Sushi Kakizaki
Hassun part 1
Deep-fried oyster, ikura, daikon; various seasonal veg; fish cake & bamboo shoot

This was followed up with a hassun, the aim of which is to showcase seasonal ingredients. A deep-fried oyster is the kind of dish you never knew you wanted until you have it: JUICY! The vegetables – asparagus, enoki, celery, spinach – were appropriately ‘dashi sweet’ while still retaining their fundamental flavours, while the fish cake was an appealing, meaty morsel.

Sushi Kakizaki
Hassun part 2
Top left – pickled mackerel & tomatoes
Top right – scallop tempura w/kale powder
Bottom L/R – saikyo miso cod & unagi chawanmushi

A second act, featuring super sweet mackerel, miso cod, scallop and unagi in various configurations followed. I liked them all, particularly the unagi chawanmushi (a first for me!); however, the scallop tempura was missing something in terms of flavour: perhaps salt.

And then we have the piece de resistance, or rather, 12 of them: nigiri. Sushi fanatics will immediately note that Kakisaki’s shari (sushi rice) is on the small side, which results in smaller pieces, allowing neta (sushi topping) to make more of an impact. I’m a fan of this approach: when there’s too much rice, the neta will be out of balance unless it’s enlarged to compensate, and more often than not one comes out feeling bloated. If your sushi is too big to eat in one bite, it’s too big, full stop. While sushi is technically more about rice than fish, a smaller, thumb-ful of rice is an ideal serving portion.

[There was also a red miso soup served at the halfway point, which was promptly scoffed down without a second thought to taking a photo. Suffice to say, it was delicious, hah!]

Overall, Kakizaki’s nigiri were fantastic – the best sushi I’ve had in Melbourne outside of Minamishima. The shari is well-formed – slightly sweet, and even more acidic (I didn’t ask, but I believe he only uses shirozu – white vinegar – with no akazu – red, which produces a slightly more acidic tinge), with good bite that holds up well for most pieces. If Kakizaki was in Sydney, it would be one of my regular haunts when taking its price point into consideration. If you follow me on Instagram, you know that I’m not kidding about regular sushi omakase visits: we all have our vices. I particularly liked Matsuzaki’s treatment of prawn (unique serving method; high quality, sweet prawn); mackerel (extremely flavourful and sweet, without discomforting levels of pungency); swordfish (like the white fish equivalent of ootoro); and anago (I always like anago). Other pieces were at the very least, good. There was one exception: the steamed oyster. You know when they say something tastes of the sea…but not in the good way?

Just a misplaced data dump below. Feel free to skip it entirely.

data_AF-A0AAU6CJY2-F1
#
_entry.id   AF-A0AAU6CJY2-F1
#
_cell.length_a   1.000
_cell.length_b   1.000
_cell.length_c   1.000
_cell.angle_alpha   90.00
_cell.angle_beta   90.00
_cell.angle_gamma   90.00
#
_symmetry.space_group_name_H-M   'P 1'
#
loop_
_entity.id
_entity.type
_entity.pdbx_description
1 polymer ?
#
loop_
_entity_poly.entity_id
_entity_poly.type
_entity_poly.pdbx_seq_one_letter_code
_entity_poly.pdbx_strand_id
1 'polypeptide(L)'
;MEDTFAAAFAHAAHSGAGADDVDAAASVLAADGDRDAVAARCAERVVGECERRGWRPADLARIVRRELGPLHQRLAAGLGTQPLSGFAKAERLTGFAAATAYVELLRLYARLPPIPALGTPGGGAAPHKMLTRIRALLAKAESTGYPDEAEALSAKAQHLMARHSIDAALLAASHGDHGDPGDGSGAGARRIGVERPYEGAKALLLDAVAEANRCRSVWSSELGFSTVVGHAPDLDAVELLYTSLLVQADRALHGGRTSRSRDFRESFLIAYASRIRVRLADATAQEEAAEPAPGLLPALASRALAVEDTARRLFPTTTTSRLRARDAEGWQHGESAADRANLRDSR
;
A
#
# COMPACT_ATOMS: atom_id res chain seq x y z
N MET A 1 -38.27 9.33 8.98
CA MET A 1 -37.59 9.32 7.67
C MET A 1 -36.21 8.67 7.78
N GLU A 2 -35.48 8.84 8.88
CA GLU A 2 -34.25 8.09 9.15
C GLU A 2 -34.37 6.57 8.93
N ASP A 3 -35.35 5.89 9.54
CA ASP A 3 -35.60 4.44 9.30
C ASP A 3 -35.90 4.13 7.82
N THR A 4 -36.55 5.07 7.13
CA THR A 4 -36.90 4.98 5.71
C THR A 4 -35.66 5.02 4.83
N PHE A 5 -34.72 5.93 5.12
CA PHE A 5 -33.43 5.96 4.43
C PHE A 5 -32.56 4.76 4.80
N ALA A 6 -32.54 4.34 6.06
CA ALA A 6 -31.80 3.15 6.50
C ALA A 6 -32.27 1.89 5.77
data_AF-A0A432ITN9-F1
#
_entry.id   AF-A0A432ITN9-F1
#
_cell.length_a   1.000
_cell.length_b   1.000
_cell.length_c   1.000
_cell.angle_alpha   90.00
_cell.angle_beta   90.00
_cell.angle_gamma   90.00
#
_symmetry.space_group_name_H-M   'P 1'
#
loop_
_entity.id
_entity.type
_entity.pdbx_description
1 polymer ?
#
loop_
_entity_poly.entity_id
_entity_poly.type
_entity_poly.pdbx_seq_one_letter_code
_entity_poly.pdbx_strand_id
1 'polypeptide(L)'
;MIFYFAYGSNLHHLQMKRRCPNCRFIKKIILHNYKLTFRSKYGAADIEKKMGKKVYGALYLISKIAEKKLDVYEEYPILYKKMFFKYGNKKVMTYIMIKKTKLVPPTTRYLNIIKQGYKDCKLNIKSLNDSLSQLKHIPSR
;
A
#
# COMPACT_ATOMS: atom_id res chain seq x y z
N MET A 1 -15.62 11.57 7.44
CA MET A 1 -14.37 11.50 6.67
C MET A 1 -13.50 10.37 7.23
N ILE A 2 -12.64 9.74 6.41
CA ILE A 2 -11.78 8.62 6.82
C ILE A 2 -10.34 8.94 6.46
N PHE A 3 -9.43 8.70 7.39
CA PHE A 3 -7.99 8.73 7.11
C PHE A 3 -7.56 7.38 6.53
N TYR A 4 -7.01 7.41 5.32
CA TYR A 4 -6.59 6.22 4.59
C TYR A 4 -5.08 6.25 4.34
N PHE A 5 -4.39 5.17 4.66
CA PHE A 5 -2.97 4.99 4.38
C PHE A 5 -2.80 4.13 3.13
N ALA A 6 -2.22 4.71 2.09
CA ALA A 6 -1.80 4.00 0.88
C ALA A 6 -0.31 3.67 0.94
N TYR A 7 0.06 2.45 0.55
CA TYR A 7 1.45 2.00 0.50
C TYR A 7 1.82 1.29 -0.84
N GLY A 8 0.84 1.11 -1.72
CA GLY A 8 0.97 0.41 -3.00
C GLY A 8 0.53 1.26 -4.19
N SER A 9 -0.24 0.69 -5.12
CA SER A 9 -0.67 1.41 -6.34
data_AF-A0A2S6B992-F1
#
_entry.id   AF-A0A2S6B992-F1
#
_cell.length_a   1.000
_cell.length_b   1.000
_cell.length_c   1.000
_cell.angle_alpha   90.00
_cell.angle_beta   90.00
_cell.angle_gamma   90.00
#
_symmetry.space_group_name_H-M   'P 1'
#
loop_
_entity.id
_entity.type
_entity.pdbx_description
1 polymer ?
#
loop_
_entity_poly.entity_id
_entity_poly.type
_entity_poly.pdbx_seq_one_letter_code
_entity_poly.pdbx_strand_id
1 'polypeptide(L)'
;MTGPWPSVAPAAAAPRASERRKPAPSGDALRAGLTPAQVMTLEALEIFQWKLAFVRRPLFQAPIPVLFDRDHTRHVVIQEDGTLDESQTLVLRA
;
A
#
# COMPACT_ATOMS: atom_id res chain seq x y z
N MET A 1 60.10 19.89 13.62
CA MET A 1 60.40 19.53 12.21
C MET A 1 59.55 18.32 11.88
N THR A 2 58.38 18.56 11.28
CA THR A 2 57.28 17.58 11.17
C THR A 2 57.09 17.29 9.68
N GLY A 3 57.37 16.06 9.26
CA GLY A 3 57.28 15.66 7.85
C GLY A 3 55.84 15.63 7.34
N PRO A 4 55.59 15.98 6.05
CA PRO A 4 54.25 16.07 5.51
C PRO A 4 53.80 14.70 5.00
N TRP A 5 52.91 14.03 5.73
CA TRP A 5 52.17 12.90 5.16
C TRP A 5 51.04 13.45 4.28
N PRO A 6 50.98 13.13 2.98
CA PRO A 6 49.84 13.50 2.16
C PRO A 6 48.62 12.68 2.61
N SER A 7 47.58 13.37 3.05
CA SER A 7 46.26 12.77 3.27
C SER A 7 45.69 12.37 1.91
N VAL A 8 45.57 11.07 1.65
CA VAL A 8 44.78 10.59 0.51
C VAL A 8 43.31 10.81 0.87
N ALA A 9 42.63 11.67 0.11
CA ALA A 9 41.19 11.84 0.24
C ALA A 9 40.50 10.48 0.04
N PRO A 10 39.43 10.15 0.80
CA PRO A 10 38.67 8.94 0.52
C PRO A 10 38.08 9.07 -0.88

Yeah, nope. That piece was a struggle. Take me down a beach with a literal ton of decomposing seaweed and you get the idea.

Sushi Kakizaki
Houjicha ice cream with shiratama dango

But everything else? Dandy.

The omakase finishes off with a green tea ice cream that’s more specifically houjicha (roasted green tea), along with some chewy shiratama dango. The ice cream is 100% homemade, with frozen bits of red bean interspersed throughout, and dusted with toasted white chocolate powder. Sure, the omakase didn’t finish with a traditional tamagoyaki (egg roll sushi), but this was a satisfying compromise.

Sushi Kakizaki

If I lived in Melbourne, you’d find me at Kakizaki’s counter every other month. Yep.

Date Last Visited: 9/Dec/2018
Address: 479 Malvern Rd, South Yarra VIC 3141
Price Guide (approx): $100pp plus drinks

This post is based on an independently-paid visit to Sushi Bar Kakizaki


  • Quality sushi without breaking the bank…much
  • The decor and vibe take you straight to Japan


  • Steamed oysters should go the way of the steam engine
  • Given the already quiet atmosphere, it would go a long way if Yuji Matsuzaki were to be more conversational

Would I return: yes

F7.5 | S3.5 | A2
7/10 Caesars

Sushi Bar Kakizaki Menu, Reviews, Photos, Location and Info - Zomato